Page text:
Churches that are also polling places in Minneapolis and St. Paul, Minnesota are being accused of displaying political speech well within the designated 100-foot line around polling places within which political speech and attempts to influence votes are forbidden. According to the Minneapolis Star-Tribune‘s “Whistleblower” blog, some voters are encountering posted prayers against same sex marriage in polling locations that are Catholic churches, while another church polling place spent the morning flying a banner from its main building that read, “Strengthen marriage, don’t redefine it.”
Stephanie Weiss, a voter in West St. Paul, shot a photo with her phone of a prayer in the form of a letter on Archdiocese of St. Paul and Minneapolis letterhead posted 15 feet from the polling place door at West St. Paul’s St. Jospeh’s Catholic Church.
“Heavenly Father,” it began, “Through the powerful intercession of the Holy Family, grant to this local Church the many graces we need to foster, strengthen and support faith-filled, holy marriages and hold families.”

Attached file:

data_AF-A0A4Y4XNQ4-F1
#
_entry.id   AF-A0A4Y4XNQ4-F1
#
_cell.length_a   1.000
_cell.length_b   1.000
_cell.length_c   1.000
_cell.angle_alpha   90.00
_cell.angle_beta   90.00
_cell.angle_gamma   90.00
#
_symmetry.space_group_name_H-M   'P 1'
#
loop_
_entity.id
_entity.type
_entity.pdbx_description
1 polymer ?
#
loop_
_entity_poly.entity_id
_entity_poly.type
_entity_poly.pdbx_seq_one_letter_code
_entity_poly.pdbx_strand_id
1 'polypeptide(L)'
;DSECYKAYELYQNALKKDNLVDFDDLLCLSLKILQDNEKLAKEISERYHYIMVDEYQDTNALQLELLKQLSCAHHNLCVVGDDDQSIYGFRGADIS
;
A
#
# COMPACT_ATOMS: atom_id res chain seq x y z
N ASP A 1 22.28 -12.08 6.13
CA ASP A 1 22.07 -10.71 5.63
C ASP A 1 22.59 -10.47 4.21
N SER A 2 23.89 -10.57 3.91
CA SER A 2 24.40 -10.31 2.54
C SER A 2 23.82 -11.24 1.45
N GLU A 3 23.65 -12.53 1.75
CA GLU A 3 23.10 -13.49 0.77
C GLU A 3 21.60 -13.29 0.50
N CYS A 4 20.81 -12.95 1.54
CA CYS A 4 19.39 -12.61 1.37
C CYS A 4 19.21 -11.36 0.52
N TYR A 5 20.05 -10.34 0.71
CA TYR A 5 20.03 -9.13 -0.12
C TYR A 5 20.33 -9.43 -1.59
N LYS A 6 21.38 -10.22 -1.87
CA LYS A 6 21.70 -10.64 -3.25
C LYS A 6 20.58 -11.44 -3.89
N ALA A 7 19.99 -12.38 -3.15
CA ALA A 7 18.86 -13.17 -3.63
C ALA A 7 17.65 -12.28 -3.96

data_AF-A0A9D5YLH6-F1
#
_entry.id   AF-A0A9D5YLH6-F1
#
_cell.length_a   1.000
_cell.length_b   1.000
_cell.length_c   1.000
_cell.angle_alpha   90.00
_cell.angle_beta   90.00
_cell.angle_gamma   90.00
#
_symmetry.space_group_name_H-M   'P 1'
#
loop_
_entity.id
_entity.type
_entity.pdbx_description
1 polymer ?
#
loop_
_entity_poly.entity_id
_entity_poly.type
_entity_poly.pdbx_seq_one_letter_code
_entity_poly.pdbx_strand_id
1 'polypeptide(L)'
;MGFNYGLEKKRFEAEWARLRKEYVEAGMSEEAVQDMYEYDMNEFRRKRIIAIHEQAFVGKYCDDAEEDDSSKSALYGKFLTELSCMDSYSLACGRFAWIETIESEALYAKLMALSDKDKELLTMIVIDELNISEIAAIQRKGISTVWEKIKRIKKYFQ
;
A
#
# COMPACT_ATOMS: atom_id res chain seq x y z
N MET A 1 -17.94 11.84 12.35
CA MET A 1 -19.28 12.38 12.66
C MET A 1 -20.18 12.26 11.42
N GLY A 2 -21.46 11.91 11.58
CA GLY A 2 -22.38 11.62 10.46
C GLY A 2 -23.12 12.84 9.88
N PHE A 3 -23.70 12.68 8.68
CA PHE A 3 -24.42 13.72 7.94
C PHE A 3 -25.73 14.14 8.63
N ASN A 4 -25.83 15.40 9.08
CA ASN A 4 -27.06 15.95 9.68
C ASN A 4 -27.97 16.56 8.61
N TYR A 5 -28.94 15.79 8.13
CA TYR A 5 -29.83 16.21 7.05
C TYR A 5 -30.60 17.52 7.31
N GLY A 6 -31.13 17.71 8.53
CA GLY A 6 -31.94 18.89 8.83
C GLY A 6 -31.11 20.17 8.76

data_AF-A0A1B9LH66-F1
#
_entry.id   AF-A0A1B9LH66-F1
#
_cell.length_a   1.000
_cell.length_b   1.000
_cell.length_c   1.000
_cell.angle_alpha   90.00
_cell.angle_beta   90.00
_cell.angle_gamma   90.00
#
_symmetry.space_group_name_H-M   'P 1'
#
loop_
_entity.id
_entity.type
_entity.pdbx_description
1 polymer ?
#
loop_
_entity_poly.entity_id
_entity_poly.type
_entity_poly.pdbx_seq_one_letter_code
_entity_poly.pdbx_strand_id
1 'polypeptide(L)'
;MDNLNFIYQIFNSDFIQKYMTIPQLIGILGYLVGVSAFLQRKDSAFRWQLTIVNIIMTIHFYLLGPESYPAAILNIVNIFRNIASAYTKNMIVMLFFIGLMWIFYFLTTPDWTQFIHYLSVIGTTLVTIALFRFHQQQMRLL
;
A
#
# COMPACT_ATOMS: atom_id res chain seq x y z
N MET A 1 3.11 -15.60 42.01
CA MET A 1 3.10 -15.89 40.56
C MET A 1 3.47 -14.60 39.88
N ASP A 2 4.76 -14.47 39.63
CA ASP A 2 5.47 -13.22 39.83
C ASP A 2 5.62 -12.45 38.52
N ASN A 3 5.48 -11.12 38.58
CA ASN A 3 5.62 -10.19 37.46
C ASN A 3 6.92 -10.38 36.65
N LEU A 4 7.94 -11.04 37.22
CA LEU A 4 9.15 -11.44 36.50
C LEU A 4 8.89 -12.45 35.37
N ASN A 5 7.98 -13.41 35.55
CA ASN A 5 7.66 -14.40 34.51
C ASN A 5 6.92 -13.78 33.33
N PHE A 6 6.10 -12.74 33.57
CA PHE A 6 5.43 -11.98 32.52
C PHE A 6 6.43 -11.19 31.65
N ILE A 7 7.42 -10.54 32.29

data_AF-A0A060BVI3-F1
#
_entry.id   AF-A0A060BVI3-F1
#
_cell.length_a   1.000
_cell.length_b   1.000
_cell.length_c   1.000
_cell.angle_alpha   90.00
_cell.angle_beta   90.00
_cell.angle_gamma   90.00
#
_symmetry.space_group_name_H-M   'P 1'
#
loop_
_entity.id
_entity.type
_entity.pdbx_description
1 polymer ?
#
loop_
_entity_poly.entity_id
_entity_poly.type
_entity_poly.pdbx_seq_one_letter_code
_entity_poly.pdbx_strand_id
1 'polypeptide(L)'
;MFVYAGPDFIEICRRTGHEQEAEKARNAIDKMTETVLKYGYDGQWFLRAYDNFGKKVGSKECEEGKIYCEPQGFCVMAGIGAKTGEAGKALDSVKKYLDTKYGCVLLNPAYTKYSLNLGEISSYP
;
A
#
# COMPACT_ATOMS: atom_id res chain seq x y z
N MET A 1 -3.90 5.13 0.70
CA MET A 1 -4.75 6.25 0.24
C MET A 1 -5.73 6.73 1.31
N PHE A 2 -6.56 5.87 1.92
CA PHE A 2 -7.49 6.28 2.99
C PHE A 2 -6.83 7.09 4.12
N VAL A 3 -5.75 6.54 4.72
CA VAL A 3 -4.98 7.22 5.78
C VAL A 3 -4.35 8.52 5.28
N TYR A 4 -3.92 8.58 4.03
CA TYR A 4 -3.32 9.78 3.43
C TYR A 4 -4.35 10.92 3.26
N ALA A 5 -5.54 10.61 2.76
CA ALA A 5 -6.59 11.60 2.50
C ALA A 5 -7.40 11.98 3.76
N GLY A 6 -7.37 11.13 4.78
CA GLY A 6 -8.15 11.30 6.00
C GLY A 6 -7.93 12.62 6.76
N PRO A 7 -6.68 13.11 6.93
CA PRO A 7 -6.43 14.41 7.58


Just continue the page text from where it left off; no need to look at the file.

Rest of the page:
Weiss said that she wasn’t sure whether the prayer amounted to political speech, but that she found it offensive.
“I thought, this is why you can’t campaign within 100 feet. This is how you disenfranchise people, right here,” she told the Star-Tribune. “If it isn’t campaign material, it was still a really insightful experience for me, but I’m shaking.”
A spokesperson for the Archdiocese said that he would look into the matter.
In South St. Paul, the St. John Vianney Catholic Community church was displaying a banner this morning that read, “Strengthen marriage, don’t redefine it.” Desmond Jensen of St. Paul sent a photo in the “Whistleblower,” but by the time reporter Maria Elena Baca reached church officials, they claimed that sign has been taken down.
A spokesperson for Secretary of State Pat Turgeon said that her office is investigating the complaints.
Raw Story is a progressive news site that focuses on stories often ignored in the mainstream media. While giving coverage to the big stories of the day, we also bring our readers' attention to policy, politics, legal and human rights stories that get ignored in an infotainment culture driven solely by pageviews.
Founded in 2004, Raw Story reaches 5 million unique readers per month and serves more than 19 million pageviews.